What makes an assault in Texas aggravated? The two charges, while similar, result in significantly different penalties in Texas.
A simple assault that results in minor injuries is typically a Class A misdemeanor. The penalty for this is a fine of up to $4,000 and up to one year in jail.
Simple assault in the form of threatening or touching without physical harm is usually a Class C misdemeanor. Class C misdemeanors result in fines of up to $500 and no jail time. However, depending on who the person you have assaulted is, this penalty could increase. A threatening assault against a sports official, like an umpire, is a Class B misdemeanor. It becomes a Class A misdemeanor if the victim is elderly. If the victim is a public servant, government official, security guard, emergency services worker, it becomes a third-degree felony. The maximum penalty for a third-degree felony is 10 years in prison and $10,000 in fines. Additionally, assault against a family member is a third-degree felony if you have a previous conviction for domestic violence.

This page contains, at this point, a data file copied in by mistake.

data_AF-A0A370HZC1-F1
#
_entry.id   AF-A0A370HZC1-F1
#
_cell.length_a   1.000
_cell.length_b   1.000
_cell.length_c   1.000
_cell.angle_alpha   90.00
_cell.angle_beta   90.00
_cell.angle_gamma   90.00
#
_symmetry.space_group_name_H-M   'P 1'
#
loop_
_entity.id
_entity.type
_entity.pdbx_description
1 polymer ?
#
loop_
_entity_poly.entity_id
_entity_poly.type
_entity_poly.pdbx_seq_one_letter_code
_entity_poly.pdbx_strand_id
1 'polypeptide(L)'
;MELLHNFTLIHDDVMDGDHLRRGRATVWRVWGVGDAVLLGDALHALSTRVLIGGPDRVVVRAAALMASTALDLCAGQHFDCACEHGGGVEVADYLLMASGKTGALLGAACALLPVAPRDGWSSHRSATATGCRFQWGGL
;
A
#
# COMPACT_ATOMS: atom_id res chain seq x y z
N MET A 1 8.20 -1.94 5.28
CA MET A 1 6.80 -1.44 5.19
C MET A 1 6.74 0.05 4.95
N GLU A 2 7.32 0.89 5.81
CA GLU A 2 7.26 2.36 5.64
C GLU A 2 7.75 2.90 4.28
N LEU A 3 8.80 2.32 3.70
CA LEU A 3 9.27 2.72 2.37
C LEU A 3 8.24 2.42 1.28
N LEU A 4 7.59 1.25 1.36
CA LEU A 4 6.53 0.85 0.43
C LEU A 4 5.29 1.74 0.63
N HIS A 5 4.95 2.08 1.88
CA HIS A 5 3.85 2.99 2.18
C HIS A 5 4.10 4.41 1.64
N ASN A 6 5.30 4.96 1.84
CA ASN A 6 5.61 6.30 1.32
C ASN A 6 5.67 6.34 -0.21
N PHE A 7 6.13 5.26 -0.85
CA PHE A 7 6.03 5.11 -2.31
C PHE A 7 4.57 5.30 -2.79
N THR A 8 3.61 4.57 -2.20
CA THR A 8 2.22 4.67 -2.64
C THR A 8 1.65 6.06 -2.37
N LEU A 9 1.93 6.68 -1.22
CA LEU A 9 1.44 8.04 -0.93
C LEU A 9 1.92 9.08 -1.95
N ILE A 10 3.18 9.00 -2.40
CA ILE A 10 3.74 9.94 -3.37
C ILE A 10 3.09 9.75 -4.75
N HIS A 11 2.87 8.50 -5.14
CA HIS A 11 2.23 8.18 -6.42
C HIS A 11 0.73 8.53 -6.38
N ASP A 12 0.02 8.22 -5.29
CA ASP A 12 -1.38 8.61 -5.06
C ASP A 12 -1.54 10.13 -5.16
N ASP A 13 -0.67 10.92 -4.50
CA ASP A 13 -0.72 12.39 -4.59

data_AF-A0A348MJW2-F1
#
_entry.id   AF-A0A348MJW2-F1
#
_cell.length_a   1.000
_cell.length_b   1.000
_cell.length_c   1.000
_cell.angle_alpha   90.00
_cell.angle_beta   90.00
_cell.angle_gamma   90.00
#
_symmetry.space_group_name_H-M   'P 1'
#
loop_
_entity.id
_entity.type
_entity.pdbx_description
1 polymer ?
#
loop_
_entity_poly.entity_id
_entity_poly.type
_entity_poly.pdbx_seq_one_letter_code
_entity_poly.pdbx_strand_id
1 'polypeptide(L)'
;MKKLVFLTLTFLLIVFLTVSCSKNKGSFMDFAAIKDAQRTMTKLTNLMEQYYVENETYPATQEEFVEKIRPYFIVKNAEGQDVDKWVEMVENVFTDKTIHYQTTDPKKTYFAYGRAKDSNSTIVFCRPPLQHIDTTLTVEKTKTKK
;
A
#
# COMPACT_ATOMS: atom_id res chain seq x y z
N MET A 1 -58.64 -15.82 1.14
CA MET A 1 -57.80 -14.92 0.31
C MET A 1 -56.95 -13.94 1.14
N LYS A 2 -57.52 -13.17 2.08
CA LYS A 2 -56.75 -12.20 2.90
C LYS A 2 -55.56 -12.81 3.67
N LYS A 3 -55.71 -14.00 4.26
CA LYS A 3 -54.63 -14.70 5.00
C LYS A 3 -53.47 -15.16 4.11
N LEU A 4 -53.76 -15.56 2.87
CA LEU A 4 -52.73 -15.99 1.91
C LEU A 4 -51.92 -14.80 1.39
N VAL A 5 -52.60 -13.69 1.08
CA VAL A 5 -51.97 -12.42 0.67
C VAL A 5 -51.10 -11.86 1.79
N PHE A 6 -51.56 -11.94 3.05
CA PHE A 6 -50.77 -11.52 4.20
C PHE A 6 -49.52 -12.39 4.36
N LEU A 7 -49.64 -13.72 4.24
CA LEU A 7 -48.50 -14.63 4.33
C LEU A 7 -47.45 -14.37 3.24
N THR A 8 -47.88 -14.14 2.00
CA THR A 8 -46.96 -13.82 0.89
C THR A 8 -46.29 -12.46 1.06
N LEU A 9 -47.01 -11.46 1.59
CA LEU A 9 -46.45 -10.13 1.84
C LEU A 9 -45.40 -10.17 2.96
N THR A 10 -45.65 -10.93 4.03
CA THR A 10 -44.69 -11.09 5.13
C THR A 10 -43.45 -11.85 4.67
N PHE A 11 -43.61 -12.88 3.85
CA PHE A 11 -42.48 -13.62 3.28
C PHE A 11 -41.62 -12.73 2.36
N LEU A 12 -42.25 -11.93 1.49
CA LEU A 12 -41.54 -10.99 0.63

Aggravating Factors and the Penalties for Aggravated Assault
Assault becomes aggravated if serious injury is caused, or a weapon is used in the commission of the assault. Aggravated assault is usually a second-degree felony. This charge can land you in prison for two to 20 years and result in fines of up to $10,000.
Aggravated assault can result in a life sentence if committed against someone with whom you have a domestic relationship, public official, police officer, security guard, witness or informant. This bumps the assault up to a first-degree felony, the most serious type of crime.